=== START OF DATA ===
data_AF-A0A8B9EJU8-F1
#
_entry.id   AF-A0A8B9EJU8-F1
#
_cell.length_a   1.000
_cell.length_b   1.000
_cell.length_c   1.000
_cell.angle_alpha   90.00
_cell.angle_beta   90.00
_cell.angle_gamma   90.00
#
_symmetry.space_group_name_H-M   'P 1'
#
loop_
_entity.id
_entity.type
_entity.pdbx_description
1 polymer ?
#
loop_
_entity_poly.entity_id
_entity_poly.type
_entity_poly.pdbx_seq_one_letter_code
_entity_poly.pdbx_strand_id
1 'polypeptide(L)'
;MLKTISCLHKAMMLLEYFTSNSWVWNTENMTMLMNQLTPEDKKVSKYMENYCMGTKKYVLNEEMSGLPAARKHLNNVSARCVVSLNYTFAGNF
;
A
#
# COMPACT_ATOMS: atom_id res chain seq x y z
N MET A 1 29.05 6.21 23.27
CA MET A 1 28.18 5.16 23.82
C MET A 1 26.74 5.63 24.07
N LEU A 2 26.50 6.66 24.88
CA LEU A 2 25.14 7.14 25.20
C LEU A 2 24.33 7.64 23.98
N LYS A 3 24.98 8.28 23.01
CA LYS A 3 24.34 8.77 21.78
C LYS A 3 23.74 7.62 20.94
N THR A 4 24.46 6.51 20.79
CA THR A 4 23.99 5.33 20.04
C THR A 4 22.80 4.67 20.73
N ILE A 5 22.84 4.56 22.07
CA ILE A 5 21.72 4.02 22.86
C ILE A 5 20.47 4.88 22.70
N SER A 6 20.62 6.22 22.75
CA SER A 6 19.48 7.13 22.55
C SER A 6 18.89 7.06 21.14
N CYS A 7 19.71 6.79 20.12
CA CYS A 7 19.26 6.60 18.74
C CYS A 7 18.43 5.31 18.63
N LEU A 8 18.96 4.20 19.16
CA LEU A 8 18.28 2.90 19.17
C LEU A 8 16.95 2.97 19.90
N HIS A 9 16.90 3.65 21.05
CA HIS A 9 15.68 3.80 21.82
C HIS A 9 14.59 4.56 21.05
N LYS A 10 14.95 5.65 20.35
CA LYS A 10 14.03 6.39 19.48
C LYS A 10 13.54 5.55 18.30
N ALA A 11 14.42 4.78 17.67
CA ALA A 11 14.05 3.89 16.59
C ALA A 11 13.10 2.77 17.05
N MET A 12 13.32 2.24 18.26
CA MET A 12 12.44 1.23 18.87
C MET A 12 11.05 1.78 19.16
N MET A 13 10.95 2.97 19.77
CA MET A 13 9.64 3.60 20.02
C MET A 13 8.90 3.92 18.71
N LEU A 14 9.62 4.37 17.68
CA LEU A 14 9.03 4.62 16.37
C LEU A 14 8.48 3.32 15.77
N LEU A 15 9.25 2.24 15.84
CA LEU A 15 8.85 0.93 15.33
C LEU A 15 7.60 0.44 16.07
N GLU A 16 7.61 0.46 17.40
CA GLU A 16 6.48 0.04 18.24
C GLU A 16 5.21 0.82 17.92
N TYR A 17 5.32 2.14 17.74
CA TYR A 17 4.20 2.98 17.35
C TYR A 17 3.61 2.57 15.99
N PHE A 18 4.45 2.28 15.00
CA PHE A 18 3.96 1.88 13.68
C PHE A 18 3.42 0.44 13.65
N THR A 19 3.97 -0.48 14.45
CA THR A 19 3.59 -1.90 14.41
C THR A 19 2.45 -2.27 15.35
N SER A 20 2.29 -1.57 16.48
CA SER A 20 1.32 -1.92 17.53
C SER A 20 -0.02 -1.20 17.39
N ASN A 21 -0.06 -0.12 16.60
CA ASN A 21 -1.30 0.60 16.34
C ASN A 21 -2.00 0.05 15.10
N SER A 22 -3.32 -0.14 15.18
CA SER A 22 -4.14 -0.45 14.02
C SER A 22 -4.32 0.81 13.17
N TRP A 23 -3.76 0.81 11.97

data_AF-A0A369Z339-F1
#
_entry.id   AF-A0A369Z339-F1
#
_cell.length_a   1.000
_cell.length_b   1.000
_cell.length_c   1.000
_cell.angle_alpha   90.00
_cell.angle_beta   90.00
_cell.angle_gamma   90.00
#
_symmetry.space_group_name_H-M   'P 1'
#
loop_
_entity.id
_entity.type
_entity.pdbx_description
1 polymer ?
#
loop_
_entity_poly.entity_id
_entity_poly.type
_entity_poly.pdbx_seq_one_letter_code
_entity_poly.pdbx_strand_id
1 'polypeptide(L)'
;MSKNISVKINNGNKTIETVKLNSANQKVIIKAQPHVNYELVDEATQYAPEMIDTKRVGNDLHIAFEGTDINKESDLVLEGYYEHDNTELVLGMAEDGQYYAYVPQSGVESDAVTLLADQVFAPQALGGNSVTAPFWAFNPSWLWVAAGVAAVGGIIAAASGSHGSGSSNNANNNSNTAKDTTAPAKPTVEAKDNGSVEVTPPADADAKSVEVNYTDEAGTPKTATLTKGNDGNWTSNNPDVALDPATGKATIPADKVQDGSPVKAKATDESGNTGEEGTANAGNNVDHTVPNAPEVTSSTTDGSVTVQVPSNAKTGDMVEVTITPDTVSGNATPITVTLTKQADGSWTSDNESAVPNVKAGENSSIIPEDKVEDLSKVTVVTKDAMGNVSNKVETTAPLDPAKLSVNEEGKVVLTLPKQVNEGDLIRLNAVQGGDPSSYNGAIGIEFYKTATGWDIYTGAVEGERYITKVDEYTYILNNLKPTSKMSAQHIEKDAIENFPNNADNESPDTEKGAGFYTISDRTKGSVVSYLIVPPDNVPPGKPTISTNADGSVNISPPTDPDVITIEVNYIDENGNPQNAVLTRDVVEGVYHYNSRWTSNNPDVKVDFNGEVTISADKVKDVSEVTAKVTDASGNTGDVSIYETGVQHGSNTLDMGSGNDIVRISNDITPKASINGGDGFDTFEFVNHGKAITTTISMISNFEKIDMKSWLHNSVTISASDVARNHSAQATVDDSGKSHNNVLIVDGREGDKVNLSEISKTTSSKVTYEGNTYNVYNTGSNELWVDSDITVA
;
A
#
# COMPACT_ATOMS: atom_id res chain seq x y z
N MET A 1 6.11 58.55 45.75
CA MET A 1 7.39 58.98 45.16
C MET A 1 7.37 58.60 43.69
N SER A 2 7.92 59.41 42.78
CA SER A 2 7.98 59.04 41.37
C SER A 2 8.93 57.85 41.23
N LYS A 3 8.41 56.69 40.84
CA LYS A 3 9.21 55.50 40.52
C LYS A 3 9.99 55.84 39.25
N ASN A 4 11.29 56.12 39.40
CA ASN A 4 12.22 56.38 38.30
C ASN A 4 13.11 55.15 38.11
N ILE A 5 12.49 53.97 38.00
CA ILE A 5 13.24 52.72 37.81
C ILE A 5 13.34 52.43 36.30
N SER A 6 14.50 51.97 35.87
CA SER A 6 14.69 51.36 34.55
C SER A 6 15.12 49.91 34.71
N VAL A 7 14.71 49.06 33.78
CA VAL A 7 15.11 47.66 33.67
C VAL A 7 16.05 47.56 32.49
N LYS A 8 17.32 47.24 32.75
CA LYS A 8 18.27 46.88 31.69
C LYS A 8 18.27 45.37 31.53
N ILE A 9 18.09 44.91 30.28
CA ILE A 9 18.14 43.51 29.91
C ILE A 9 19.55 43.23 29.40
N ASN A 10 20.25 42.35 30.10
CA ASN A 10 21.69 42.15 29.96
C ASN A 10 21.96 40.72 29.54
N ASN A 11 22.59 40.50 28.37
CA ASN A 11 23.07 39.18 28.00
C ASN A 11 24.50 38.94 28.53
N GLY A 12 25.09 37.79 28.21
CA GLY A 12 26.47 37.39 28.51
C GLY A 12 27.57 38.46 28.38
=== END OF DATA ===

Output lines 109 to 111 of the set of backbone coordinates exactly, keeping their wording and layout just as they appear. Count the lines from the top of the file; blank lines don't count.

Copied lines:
_symmetry.space_group_name_H-M   'P 1'
#
loop_